Have you read to your dog lately?
Enhance your knowledge of dogs by reading some recent contributions to information on training, behavior, and breed characteristics.
The Complete Encyclopedia of Dogs  

Rebo Publishers, 2001

Esther J.J. Verhoef-Verhallen, photographer, writer, and dog lover, has compiled an encyclopedia of dog breeds that includes many rare breeds, such as the Thai Ridgeback and the Azawakh.  The Azores Cattle Dog, however, is absent; the book includes 300 breeds, and there are probably closer to 400 documented breeds.  For rare breed enthusiasts, there are websites devoted to unusual breeds which are not subject to the limitations of space that a printed book must endure!

Particularly useful for those researching their next puppy are descriptions of character, behavior, and socialization for the various breeds in Verhoef-Verhallen's encyclopedia.  The author gives recommendations about typical behavior you can expect from a breed, including how it will react to children, other pets, and strangers.

Requirements for grooming and exercise are included for each breed, as well as a collection of photos, usually both puppies and adults, as well as color variations and coat types.  The photographs are crisp and give insight into the personalities of the dogs portrayed.  The history and origins of each breed and the breed standard are documented.

This large book will provide many hours of enjoyment from both photos and text and will make a handy reference for anyone who is fascinated by dogs.

Cesar's Way by Cesar Millan (The Dog Whisperer)

You've probably watched Cesar Millan's popular series on the National Geographic Channel called Dog Whisperer. In each episode, Cesar tackles the problems of family dogs by training the owners to become calm, assertive pack leaders and thus heal their canine neurosis. In his book, Cesar explains his theory in more detail, and with a biography that gives insight into its development, illustrates the origins of his school of dog psychology. He uses case studies to illustrate his basic principles.


In many respects, Millan's theory goes against existing information. Particularly controversial is his use of the "alpha roll," where he physically forces the dog to lie on its side in a submissive position. The real problem is that much of what Millan has to teach will not be understood by many dog owners, and attempting some of the techniques with aggressive dogs in particular could exacerbate problems. However, he does recommend seeking the help of professional dog trainers in addition to reading his book and watching his series.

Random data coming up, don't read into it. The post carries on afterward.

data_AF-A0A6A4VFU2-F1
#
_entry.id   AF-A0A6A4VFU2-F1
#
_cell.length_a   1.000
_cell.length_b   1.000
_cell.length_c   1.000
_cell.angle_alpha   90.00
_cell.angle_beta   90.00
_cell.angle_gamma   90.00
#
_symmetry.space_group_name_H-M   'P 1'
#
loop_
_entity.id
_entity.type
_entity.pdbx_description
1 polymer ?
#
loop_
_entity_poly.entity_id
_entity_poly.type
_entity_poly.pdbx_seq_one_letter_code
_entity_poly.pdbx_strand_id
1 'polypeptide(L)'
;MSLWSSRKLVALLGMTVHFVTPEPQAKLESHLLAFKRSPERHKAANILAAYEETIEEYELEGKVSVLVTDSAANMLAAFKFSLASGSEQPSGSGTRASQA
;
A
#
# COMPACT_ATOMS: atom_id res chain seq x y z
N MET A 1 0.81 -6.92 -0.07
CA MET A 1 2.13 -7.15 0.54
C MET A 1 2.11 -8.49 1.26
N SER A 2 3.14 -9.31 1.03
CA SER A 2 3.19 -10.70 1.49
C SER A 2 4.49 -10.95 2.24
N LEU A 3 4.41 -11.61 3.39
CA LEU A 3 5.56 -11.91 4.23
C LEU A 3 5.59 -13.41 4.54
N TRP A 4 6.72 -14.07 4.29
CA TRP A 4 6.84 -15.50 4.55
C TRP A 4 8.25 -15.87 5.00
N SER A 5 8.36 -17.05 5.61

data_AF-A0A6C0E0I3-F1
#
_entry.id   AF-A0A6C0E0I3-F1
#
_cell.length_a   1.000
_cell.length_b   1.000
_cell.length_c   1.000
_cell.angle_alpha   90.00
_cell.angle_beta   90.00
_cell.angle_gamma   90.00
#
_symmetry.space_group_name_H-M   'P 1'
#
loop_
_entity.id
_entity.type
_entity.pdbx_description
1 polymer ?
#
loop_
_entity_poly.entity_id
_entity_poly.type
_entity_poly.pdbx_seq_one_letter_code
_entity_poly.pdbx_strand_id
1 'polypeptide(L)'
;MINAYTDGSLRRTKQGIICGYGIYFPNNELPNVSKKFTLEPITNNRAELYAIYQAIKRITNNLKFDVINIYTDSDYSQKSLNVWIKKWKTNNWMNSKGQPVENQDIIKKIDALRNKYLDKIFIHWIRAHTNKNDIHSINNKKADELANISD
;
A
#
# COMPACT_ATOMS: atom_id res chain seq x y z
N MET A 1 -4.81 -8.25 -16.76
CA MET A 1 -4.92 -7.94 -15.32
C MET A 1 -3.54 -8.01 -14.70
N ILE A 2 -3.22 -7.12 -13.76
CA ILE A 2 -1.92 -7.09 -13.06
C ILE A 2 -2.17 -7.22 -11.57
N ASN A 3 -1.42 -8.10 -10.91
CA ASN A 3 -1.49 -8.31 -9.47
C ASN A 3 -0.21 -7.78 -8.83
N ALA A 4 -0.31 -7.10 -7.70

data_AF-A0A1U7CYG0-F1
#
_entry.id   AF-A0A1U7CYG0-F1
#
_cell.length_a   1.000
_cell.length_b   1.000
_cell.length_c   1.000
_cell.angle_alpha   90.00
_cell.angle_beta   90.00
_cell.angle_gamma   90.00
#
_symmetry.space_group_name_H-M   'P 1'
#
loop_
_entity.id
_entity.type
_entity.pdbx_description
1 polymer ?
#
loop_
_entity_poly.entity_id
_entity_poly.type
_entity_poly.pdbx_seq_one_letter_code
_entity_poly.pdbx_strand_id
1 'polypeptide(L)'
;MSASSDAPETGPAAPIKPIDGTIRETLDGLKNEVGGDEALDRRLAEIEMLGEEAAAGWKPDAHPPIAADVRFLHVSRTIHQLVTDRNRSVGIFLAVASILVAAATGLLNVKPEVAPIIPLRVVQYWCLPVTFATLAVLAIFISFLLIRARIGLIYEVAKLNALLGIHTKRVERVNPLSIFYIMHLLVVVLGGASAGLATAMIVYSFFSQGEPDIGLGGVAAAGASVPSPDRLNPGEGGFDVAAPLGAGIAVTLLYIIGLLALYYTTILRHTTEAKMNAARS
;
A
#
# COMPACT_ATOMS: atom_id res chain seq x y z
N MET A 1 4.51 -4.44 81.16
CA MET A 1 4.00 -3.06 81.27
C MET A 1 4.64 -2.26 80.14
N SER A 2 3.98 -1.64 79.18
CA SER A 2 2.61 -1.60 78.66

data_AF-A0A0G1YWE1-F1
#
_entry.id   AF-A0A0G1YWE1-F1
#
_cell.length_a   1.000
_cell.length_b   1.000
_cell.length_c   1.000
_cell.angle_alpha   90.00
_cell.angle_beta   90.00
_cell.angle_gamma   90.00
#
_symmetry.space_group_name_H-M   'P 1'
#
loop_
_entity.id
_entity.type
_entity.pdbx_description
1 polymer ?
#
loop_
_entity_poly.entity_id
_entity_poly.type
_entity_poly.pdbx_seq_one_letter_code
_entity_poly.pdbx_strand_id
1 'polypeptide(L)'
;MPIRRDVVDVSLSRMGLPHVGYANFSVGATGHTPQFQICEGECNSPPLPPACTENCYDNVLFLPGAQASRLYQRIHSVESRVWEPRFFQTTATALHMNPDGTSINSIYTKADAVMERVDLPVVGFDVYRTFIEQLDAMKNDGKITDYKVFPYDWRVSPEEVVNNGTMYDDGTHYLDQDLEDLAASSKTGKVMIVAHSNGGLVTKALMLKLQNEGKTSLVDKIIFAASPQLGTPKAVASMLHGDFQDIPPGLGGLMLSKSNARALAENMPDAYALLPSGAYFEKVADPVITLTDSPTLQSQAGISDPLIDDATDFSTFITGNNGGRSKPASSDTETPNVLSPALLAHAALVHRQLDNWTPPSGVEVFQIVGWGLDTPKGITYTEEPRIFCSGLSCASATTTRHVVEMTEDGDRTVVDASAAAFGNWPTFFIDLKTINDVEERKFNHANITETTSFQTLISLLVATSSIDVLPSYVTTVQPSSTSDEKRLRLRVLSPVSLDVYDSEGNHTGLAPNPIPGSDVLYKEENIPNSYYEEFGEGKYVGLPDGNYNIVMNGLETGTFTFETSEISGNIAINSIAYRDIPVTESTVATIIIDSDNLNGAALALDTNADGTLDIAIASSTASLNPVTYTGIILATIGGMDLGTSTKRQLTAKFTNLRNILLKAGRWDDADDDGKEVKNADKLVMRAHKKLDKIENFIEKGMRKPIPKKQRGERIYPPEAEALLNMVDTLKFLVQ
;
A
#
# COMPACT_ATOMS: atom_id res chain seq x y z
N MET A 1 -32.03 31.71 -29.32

I'm convinced that many experienced dog people will benefit from reading this book, even if they don't agree with every word or principle. The author grew up with dogs in a more natural culture and presents insights into North American dog-lover behaviour that helps to shed light on common dog behaviour issues.

My greatest concern with the book is that some sections may be misunderstood by inexperienced dog owners. For example, the explanation of how to introduce a new dog into your home suggests you may have adopted a dog from a shelter. Cesar recommends a very long walk with the dog as a bonding experience before taking the dog into your home and inviting him into the various rooms.

I'm sure what Cesar means here is that if you are bringing home a new adult dog, perhaps from a shelter, this bonding process will establish your position as leader. What I fear is that some readers will attempt this with a new puppy and do damage to the young dog's joints by over-exercising before the growth plates have matured. This caution is necessary because many dog people aren't aware that the average age for skeletal maturity of this kind is eighteen months. Walking a puppy for that distance would require a puppy tote or wagon: if you notice your young dog becoming tired during a walk, carry him or her home or to your vehicle.

Owned by a Bichon Frise apron
Owned by a Bichon Frise by canid_muse
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The importance of the walk as a bonding experience is a focal point in Cesar's recommendations. Many people believe that the walk is merely for exercise, which is also crucial of course, but the significance to a dog is much more social. In addition, the concept of migration of the dog pack elucidates the anxiety many dogs feel when moving to a new home, because it occurs in an unnatural way.

Many people underestimate the importance of space in social relations, but dogs understand it instinctively as conveying social status. Cesar explains how to invite a new dog into each room of your home in order to convey your ownership, which then allows you to set rules and boundaries that your dog will respect and feel comfortable with.

Cesar's Way is an important contribution to the field of dog psychology and human-canine relations. Even those who disagree with some of the methods described will take away a greater awareness of themselves and the ways in which they contribute to their own problems in relationships, especially but not exclusively with dogs.
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